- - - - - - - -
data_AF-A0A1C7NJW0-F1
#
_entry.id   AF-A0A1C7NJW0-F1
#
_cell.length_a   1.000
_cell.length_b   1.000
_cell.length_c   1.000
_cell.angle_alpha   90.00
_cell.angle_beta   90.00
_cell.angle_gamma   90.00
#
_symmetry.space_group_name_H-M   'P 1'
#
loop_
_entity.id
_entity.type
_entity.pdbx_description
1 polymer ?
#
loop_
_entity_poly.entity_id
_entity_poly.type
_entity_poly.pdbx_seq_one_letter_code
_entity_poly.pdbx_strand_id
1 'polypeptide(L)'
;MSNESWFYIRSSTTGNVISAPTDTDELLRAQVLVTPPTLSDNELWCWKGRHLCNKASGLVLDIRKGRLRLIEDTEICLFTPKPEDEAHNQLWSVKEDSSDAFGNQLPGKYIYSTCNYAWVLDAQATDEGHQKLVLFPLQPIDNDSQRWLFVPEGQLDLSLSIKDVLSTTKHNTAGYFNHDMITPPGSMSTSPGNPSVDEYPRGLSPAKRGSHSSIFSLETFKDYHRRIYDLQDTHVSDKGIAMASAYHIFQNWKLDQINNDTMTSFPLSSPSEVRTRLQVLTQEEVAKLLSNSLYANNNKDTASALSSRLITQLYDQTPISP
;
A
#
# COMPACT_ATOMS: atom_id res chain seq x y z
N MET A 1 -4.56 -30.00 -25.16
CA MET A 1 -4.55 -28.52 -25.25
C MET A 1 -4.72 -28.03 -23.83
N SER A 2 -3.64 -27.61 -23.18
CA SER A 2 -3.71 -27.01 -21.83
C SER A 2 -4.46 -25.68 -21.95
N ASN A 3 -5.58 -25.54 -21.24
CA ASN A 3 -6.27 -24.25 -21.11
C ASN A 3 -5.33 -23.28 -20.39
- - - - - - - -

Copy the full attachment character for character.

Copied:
data_AF-A0A1C7NJW0-F1
#
_entry.id   AF-A0A1C7NJW0-F1
#
_cell.length_a   1.000
_cell.length_b   1.000
_cell.length_c   1.000
_cell.angle_alpha   90.00
_cell.angle_beta   90.00
_cell.angle_gamma   90.00
#
_symmetry.space_group_name_H-M   'P 1'
#
loop_
_entity.id
_entity.type
_entity.pdbx_description
1 polymer ?
#
loop_
_entity_poly.entity_id
_entity_poly.type
_entity_poly.pdbx_seq_one_letter_code
_entity_poly.pdbx_strand_id
1 'polypeptide(L)'
;MSNESWFYIRSSTTGNVISAPTDTDELLRAQVLVTPPTLSDNELWCWKGRHLCNKASGLVLDIRKGRLRLIEDTEICLFTPKPEDEAHNQLWSVKEDSSDAFGNQLPGKYIYSTCNYAWVLDAQATDEGHQKLVLFPLQPIDNDSQRWLFVPEGQLDLSLSIKDVLSTTKHNTAGYFNHDMITPPGSMSTSPGNPSVDEYPRGLSPAKRGSHSSIFSLETFKDYHRRIYDLQDTHVSDKGIAMASAYHIFQNWKLDQINNDTMTSFPLSSPSEVRTRLQVLTQEEVAKLLSNSLYANNNKDTASALSSRLITQLYDQTPISP
;
A
#
# COMPACT_ATOMS: atom_id res chain seq x y z
N MET A 1 -4.56 -30.00 -25.16
CA MET A 1 -4.55 -28.52 -25.25
C MET A 1 -4.72 -28.03 -23.83
N SER A 2 -3.64 -27.61 -23.18
CA SER A 2 -3.71 -27.01 -21.83
C SER A 2 -4.46 -25.68 -21.95
N ASN A 3 -5.58 -25.54 -21.24
CA ASN A 3 -6.27 -24.25 -21.11
C ASN A 3 -5.33 -23.28 -20.39